Retreat information

Title: Water Institute progress report
Full Citation
Permanent Link: http://ufdc.ufl.edu/UF00088890/00002
 Material Information
Title: Water Institute progress report
Series Title: Water Institute progress report
Physical Description: Serial
Creator: University of Florida Water Institute
Publisher: University of Florida Water Institute
Publication Date: November 2006
 Record Information
Bibliographic ID: UF00088890
Volume ID: VID00002
Source Institution: University of Florida
Rights Management: All rights reserved by the source institution and holding location.


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Table of Contents
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Full Text

Water Institute Status Report: November 15 2006

Acquired 1300 sq ft space in 570 Weil Hall requiring minor renovations
Arranged for phone and IT services to be provided courtesy of the Civil and
Coastal Engineering Dept.
Arranged for fiscal services to be provided courtesy of the IFAS Dean for
Research and Agricultural and Biological Engineering
Purchased basic office equipment and furniture required for startup
Hired two part-time Research Coordinators: Kathleen McKee (M.S. Soil
and Water Science), Mark Newman (Ph. D. Civil Engineering)

Stakeholder Development
Conducted on-Campus Meetings with 25 diverse Faculty groups from
CLAS, CALS, COE, COB, CDCP, Law, Vet Medicine (see Appendix 1)
Conducted approximately 45 meetings with External Stakeholders including
state, national and international cooperators and funding agencies (see
Appendix 2)

Strategic Planning

On-Line Faculty Survey: Completed September 1 (see Appendix 3)
1-day Faculty Forum: Completed October 16th (see Appendix 3)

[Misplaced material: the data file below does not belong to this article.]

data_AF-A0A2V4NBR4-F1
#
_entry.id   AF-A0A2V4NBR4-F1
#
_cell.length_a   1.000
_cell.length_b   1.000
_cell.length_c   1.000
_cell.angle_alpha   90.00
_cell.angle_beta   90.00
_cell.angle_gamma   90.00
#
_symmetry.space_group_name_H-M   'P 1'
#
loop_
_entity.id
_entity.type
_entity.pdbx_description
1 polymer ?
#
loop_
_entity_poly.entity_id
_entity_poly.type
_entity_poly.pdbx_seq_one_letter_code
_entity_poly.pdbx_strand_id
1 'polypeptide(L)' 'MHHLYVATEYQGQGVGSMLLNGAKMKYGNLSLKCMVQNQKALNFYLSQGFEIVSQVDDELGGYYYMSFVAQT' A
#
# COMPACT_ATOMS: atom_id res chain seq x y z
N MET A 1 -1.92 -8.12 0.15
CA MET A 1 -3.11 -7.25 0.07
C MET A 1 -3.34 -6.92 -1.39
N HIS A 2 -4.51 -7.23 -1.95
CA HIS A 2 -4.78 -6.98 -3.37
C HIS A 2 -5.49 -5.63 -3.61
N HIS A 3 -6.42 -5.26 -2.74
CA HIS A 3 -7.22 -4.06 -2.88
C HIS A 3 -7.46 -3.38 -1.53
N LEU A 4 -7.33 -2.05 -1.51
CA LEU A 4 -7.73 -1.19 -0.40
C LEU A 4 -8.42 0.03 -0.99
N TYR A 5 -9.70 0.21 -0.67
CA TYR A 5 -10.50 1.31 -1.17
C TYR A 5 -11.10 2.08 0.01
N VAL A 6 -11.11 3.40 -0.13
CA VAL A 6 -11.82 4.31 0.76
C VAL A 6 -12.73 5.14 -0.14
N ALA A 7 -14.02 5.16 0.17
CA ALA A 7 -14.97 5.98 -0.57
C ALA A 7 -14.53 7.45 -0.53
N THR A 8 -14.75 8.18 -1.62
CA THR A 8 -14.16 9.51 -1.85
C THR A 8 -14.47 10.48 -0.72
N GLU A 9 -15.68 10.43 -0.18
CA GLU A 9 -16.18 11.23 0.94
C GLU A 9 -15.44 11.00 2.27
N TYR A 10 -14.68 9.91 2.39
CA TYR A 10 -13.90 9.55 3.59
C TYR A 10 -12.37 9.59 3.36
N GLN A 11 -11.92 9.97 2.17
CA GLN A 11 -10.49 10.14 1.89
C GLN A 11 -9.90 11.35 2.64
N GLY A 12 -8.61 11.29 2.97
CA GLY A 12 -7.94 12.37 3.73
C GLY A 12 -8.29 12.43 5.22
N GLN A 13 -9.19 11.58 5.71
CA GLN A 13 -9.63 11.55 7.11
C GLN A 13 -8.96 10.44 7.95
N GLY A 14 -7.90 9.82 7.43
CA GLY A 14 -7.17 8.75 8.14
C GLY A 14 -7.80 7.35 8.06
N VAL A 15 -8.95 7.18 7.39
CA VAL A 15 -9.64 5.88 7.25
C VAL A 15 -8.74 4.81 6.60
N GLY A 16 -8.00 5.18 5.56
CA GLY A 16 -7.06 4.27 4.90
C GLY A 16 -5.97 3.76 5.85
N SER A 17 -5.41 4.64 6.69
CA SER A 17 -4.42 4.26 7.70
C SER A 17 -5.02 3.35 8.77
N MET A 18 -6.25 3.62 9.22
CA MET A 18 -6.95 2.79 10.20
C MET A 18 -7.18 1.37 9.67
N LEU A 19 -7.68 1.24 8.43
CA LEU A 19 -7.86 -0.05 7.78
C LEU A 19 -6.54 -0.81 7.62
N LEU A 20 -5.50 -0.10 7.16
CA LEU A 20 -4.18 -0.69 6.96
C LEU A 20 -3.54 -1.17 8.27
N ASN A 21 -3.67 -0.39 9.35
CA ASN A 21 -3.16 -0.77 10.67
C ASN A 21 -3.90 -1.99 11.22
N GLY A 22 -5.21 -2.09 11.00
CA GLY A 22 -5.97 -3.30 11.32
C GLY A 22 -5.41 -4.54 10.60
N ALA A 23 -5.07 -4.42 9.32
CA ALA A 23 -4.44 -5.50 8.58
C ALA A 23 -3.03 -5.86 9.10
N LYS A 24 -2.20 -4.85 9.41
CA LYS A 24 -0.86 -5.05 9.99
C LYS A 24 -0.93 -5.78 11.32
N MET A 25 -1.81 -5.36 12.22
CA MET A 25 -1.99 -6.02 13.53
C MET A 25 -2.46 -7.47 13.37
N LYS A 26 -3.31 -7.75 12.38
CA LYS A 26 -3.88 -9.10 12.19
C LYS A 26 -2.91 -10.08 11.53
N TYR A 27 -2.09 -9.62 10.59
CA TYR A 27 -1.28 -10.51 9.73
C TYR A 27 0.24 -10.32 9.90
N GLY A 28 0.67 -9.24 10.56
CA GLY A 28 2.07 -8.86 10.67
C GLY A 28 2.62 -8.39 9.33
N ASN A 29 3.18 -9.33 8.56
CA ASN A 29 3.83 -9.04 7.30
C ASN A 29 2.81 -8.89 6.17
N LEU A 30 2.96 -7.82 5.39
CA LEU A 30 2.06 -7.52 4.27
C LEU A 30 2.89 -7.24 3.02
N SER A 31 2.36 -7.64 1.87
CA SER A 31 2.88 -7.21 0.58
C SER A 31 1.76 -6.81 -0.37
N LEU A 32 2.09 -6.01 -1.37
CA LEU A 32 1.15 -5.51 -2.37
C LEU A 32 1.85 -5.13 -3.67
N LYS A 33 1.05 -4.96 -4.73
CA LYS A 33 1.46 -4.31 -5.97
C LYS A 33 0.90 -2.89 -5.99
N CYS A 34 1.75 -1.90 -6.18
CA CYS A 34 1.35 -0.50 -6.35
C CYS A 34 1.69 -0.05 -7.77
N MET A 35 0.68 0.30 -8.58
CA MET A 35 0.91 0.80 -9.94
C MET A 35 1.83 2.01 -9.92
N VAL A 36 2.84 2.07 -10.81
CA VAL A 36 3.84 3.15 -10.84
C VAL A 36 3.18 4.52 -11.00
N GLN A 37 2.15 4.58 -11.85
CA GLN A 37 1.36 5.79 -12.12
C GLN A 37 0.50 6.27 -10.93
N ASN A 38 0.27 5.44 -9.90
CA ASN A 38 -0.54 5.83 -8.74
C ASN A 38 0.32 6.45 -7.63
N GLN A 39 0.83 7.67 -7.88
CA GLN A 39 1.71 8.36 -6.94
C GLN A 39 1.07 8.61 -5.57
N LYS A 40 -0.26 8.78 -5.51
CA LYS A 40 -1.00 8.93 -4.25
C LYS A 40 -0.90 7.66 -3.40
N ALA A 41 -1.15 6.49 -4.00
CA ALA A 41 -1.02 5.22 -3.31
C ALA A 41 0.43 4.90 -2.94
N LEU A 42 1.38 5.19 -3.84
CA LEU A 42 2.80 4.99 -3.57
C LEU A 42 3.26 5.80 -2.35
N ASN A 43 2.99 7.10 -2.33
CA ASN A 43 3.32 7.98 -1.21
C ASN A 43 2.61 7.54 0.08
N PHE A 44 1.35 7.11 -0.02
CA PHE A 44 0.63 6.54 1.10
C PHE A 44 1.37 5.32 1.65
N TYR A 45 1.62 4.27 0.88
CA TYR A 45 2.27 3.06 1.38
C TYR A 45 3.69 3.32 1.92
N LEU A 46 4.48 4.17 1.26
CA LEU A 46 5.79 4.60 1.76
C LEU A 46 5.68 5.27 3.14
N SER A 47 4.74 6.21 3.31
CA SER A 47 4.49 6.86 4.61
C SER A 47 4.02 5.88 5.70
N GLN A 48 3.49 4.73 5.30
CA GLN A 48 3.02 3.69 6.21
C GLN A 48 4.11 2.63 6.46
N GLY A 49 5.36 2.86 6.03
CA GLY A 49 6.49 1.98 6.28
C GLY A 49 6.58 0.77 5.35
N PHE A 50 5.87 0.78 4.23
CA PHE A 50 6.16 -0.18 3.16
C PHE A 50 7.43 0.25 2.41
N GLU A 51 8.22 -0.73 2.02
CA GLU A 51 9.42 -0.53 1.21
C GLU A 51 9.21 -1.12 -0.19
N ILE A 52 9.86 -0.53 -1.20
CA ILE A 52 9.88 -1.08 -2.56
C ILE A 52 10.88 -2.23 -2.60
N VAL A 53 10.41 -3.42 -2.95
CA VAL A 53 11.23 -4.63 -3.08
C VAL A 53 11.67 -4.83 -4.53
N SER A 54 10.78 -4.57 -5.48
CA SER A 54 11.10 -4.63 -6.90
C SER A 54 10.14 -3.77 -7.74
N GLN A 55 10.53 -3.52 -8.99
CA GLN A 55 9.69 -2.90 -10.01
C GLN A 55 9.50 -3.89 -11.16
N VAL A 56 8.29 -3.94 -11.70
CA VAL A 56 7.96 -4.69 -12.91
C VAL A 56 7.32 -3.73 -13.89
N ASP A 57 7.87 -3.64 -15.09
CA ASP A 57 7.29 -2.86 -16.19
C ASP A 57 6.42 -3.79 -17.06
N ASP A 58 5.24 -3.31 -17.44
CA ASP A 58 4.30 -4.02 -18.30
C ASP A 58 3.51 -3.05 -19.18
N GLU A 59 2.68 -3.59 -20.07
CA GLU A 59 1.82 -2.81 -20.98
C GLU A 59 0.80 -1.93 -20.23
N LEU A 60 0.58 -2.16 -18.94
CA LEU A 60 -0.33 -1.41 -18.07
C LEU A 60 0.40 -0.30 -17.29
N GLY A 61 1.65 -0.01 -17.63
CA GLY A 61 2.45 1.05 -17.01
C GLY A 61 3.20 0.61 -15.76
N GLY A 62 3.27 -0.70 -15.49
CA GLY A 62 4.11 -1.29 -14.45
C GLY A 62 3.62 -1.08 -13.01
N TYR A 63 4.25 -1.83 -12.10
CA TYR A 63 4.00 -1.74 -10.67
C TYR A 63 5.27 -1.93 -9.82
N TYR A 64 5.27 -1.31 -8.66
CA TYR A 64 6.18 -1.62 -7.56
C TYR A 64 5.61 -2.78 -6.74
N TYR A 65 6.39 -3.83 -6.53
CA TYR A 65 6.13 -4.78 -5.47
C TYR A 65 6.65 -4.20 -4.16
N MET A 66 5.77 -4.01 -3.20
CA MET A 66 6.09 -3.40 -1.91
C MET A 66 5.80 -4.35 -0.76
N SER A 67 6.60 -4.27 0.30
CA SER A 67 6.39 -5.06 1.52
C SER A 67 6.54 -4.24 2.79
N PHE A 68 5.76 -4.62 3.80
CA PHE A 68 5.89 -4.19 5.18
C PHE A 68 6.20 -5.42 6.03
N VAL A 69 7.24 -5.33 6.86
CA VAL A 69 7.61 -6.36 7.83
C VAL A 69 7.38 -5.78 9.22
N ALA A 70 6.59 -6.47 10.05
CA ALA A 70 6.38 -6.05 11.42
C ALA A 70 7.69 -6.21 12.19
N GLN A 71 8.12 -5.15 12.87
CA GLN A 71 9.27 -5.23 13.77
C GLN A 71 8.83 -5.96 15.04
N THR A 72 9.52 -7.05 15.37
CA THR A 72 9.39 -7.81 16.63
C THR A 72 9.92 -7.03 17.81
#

Conduct Election of Internal Advisory Board November 2006
Release Opportunity Fund Call Dec 8th, January 29th due date
Plan External Stakeholder Summit for Early Spring 2007
Plan Formation of External Advisory Board for Late Spring 2007
Plan First Annual Water Summit ( Tentative date Feb 2008)

Water Institute Projects Initiated:
Conserve Florida Clearinghouse ($150K for 1 year, planning grant)
Funded by DEP, and the WMDs
Joint effort by COE (Heaney) CALS (Haman) and COB (Berg)
Mission is to collect, analyze and make available research information
and technical assistance to public water supply utilities and water
managers for use in developing effective and efficient water
conservation programs
Began Summer 2006

Suwannee River Hydrologic Observatory
Funded by NSF ($460K for 2 years, planning grant)
Joint effort between COE (Delfino, Slatton), CALS (Graham, Cohen),
CLAS (Martin)
Member of group of 8 watersheds serving as test beds for a national
network of observatories

Will address the relative roles of climate change and human
development on water dynamics, water quality, and ecology across US
hydroecoclimate regions
Began November 1, 2006

US Department of Agriculture India Agricultural Knowledge Initiative
"Sustainable Water Resource Management: U.S India Collaborative
Research and Education", $90,000
"Information and Communication Technologies for Capacity Building
in Water Management", $60,000
Began September 1, 2006

Water Institute Proposals submitted:

National Science Foundation, "Influence of Hydrologic Variability on
Carbon Processing and Fluxes in an Organic Carbon and Carbonate Rich
Watershed, Suwannee River Florida", $2,407,910 : declined
NSF, Partnerships for International Research and Education. "Sustainable
Land and Water Management: Comparative Analysis of Benchmark
Basins across Economic, Environmental, Hydrologic, and Social
Gradients" Pre-proposal for internal competition, $2,400,000:declined
Legislative Budget Request, "Solutions for Water Resources
Sustainability", $4,776,000
Congressional Budget Earmark, Water Institute Core Labs and Post-
Doctoral Researcher Program", $5,000,000
NOAA, "Use of Seasonal Climate Forecasts to Reduce Risk in Regional
Public Water Supply Management in the Tampa Metropolitan Region",

Water Institute Proposal Working Groups:

NSF Critical Zone Observatory RFP ($4,500,000 over 5 years) LOI due
October 1 2006 Proposal due December 15, 2006
FDEP : Summary and Synthesis of the Available Literature on the Effects
of Nutrients on Spring Organisms and Systems ($200K for 12 months)